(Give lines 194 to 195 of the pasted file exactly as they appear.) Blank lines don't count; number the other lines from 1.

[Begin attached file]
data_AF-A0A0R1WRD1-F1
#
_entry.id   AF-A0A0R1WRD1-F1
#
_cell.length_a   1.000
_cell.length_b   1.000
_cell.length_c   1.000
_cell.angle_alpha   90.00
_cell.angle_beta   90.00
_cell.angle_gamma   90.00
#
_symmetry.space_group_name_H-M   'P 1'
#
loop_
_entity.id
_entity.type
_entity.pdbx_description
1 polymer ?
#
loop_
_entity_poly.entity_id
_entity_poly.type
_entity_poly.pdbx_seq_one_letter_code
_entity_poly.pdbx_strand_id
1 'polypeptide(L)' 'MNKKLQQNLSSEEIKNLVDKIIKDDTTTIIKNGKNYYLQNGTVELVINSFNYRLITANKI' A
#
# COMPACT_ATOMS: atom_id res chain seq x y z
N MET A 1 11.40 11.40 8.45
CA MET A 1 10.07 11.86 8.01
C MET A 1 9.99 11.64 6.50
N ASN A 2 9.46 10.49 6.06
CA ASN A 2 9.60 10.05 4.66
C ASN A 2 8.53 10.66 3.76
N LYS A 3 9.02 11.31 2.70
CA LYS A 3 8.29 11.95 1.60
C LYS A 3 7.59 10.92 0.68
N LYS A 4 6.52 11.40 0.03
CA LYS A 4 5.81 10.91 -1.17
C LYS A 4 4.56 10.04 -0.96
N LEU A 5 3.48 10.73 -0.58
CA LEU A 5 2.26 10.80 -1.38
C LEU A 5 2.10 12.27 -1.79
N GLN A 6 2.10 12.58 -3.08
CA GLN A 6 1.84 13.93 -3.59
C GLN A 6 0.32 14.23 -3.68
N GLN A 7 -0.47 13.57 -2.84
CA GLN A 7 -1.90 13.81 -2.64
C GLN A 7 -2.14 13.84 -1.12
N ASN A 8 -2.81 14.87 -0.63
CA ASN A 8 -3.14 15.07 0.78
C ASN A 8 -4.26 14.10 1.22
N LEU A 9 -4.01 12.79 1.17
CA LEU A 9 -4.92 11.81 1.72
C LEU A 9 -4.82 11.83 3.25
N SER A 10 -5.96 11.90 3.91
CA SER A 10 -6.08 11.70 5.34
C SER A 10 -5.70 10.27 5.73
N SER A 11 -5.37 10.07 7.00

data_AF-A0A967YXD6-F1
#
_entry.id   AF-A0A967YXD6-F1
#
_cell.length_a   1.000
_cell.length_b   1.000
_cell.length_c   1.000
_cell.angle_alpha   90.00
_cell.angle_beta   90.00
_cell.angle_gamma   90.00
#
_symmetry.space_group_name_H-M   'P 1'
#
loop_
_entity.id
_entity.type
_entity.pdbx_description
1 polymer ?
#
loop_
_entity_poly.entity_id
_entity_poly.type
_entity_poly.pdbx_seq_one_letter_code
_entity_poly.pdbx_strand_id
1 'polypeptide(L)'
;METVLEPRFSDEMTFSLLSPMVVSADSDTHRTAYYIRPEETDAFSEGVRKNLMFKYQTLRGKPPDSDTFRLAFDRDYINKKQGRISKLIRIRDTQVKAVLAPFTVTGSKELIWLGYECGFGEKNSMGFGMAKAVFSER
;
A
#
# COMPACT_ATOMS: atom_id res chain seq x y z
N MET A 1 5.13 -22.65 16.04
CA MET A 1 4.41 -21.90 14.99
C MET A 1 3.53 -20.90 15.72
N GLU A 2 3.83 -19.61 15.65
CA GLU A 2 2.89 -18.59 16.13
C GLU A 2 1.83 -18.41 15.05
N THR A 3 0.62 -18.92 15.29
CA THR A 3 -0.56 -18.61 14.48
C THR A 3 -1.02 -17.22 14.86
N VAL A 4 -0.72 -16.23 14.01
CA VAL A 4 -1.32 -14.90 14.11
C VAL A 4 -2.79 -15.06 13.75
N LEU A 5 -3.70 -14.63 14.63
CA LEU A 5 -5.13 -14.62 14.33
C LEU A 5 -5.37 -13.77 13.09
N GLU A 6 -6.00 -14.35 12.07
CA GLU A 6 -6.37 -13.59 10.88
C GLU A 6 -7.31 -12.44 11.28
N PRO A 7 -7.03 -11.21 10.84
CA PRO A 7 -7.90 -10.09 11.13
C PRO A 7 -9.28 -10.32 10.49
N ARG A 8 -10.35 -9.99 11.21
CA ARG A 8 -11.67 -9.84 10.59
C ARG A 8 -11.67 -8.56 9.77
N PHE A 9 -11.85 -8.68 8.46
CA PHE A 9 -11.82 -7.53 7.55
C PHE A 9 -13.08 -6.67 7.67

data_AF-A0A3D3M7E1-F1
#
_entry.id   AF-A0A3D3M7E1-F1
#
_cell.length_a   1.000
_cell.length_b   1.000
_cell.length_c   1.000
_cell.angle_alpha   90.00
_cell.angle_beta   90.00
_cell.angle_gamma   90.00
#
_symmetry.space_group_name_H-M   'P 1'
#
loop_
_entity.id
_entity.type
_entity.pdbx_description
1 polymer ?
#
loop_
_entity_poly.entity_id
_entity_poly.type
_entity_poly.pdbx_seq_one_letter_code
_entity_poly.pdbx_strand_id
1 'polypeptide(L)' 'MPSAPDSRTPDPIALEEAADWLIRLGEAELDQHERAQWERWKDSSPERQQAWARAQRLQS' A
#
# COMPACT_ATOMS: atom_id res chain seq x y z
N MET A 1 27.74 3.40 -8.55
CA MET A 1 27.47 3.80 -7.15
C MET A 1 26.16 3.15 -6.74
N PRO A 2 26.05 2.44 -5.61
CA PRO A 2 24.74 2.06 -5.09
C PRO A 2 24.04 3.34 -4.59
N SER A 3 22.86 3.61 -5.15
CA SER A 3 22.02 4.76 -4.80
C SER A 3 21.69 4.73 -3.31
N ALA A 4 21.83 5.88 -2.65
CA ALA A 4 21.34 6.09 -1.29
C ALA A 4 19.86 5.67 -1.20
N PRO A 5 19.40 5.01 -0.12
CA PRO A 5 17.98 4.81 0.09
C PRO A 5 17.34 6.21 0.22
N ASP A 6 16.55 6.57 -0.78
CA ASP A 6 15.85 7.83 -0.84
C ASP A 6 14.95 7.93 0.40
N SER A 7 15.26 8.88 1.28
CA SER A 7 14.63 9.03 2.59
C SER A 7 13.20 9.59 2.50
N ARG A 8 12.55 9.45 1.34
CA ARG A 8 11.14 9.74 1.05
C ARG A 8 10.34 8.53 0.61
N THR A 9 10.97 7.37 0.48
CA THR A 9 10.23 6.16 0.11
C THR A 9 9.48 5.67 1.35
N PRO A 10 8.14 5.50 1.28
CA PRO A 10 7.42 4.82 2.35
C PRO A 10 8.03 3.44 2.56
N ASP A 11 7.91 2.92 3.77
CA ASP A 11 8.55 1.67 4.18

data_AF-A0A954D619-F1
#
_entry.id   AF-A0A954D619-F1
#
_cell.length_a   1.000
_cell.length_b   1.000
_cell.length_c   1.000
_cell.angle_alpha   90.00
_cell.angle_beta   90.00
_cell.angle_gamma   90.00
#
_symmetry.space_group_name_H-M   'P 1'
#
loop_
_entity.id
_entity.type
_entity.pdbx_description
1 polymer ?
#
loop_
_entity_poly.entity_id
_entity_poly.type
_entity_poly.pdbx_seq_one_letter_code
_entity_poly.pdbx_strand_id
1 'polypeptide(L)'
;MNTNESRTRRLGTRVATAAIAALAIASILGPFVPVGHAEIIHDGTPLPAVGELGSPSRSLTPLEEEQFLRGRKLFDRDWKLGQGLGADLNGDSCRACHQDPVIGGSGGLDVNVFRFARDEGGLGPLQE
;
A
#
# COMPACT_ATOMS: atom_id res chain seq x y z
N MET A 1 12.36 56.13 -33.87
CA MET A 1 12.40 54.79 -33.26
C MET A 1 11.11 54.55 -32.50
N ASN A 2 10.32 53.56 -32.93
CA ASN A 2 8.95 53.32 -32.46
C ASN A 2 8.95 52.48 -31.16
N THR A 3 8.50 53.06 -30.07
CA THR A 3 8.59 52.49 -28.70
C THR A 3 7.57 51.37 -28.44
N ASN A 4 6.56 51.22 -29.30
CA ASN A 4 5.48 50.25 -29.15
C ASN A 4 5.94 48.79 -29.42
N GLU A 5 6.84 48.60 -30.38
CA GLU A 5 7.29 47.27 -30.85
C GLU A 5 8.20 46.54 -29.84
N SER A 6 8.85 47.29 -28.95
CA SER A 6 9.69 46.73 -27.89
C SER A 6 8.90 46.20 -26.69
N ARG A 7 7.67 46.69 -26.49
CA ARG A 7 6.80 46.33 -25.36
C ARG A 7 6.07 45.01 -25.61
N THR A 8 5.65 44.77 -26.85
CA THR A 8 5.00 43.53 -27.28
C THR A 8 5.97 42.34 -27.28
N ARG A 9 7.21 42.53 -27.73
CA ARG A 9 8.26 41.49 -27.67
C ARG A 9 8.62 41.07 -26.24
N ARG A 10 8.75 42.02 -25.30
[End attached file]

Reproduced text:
loop_
_entity_poly.entity_id